©Jacek Chabraszewski/Shutterstock.com

Important Takeaways:

  • The correct pronunciation of nduja is en-doo-ya.
  • Nduja is becoming more popular on menus throughout the culinary world, particularly because it is spreadable and such a versatile ingredient.
  • Nduja is mildly spicy in flavor, as it traditionally contains Calabrian chilis.
  • There are tons of ways to use nduja in your culinary endeavors, such as breakfast dishes, pasta, pizza toppings, and more.
  • Nduja can absorb other flavors in your refrigerator, so storing it in plastic wrap and an airtight storage container is vital to maintaining its integrity.
  • Nduja is a spicy, cured pork paste from the Calabrian region of Italy. It is typically comprised of seasoned pork, salt, peppers, herbs, and spices in a casing.

Delicious Nduja Recipes to Try

Eggs in Purgatory

Brunch just got even better, thanks to Nduja's versatility. Popular on Italian breakfast menus, these poached eggs are smothered in a tomato sauce made spicy by nduja's wonderful flavor. Add some creamy eggs (and maybe some wonderfully toasted sourdough), and breakfast is made!

Smoked Brussels Sprouts with Nduja and Hazelnuts

For a vegetable dish that really kicks it up a notch, these Brussels Sprouts are something special. The earthy nuttiness of the hazelnuts, combined with the smoky, spicy flavor of nduja make for a crispy sidekick worth putting on your radar.

Nduja Carbonara Pasta

A traditional Italian pasta dish, Spaghetti Carbonara contains eggs, cheese, and cured pork. Oftentimes, the latter is pancetta or bacon. However, nduja proves to be a worthy substitute. In fact, it melts into the pasta sauce in a way that truly wows.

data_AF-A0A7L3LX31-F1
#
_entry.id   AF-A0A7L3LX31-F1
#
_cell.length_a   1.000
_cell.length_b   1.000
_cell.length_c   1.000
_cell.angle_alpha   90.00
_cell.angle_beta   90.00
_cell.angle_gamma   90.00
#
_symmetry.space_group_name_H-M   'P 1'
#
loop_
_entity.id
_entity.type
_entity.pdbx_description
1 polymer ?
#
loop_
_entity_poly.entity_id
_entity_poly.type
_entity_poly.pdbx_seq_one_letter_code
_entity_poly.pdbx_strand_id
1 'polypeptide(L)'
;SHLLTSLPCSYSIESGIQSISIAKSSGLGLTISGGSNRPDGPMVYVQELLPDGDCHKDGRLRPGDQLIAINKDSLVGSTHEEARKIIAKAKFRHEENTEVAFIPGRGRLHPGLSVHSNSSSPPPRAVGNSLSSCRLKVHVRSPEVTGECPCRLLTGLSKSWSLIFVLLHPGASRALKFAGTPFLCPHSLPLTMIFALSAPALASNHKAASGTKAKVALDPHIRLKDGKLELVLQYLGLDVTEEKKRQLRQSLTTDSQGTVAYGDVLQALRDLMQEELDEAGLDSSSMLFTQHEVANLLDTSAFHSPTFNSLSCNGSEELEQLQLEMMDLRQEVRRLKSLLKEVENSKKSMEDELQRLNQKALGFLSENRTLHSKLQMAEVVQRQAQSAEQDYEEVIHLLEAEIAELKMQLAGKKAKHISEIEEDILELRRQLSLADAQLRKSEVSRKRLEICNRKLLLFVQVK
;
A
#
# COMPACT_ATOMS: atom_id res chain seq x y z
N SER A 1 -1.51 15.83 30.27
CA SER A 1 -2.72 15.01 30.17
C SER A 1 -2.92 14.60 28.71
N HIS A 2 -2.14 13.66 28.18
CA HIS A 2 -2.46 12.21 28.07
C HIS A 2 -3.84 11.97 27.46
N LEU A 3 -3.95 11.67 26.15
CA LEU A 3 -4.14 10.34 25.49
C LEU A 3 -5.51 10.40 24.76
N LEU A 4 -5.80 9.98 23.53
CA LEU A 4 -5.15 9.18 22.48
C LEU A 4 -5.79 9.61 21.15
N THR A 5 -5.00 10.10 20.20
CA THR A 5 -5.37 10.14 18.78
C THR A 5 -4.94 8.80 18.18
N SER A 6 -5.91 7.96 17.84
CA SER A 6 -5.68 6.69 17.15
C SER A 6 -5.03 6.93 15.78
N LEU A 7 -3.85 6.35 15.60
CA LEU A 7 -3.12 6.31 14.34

Nduja, Ricotta, and Lemon Stuffed Chicken

These gorgeous chicken pieces are stuffed with nduja, ricotta, lemon zest, and thyme. Perfect for the spring season (or anytime, really), this dish is savory and spectacular.

Recipe Card

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Spaghetti with marinara sauce, meat and parmesan on wooden table against gradient orange background

Nduja and Sun-Dried Tomato Spaghetti

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  • Author: MomsWhoThink.com


Units Scale
  • 12 oz (340g) spaghetti
  • 2 tablespoons olive oil
  • 2 cloves garlic, minced
  • 3 oz (85g) nduja, crumbled
  • 1/2 cup sun-dried tomatoes, chopped
  • 1/4 cup black olives, sliced
  • 1/4 teaspoon red pepper flakes (optional)
  • Salt and black pepper to taste
  • Fresh parsley, chopped, for garnish
  • Grated Parmesan cheese, for serving


  1. Cook the spaghetti according to the package instructions. Drain and set aside.
  2. In a large skillet, heat olive oil over medium heat. Add minced garlic and sauté until fragrant.
  3. Add crumbled nduja to the skillet, breaking it up with a spoon as it cooks.
  4. Once the nduja is melted and the oil is infused with its flavor, add chopped sun-dried tomatoes and sliced black olives to the skillet.
  5. If you like some heat, sprinkle red pepper flakes into the mixture.
  6. Season with salt and black pepper to taste.
  7. Toss the cooked spaghetti into the skillet, ensuring it's well-coated with the nduja mixture.
  8. Garnish with fresh parsley and serve immediately with grated Parmesan cheese on the side.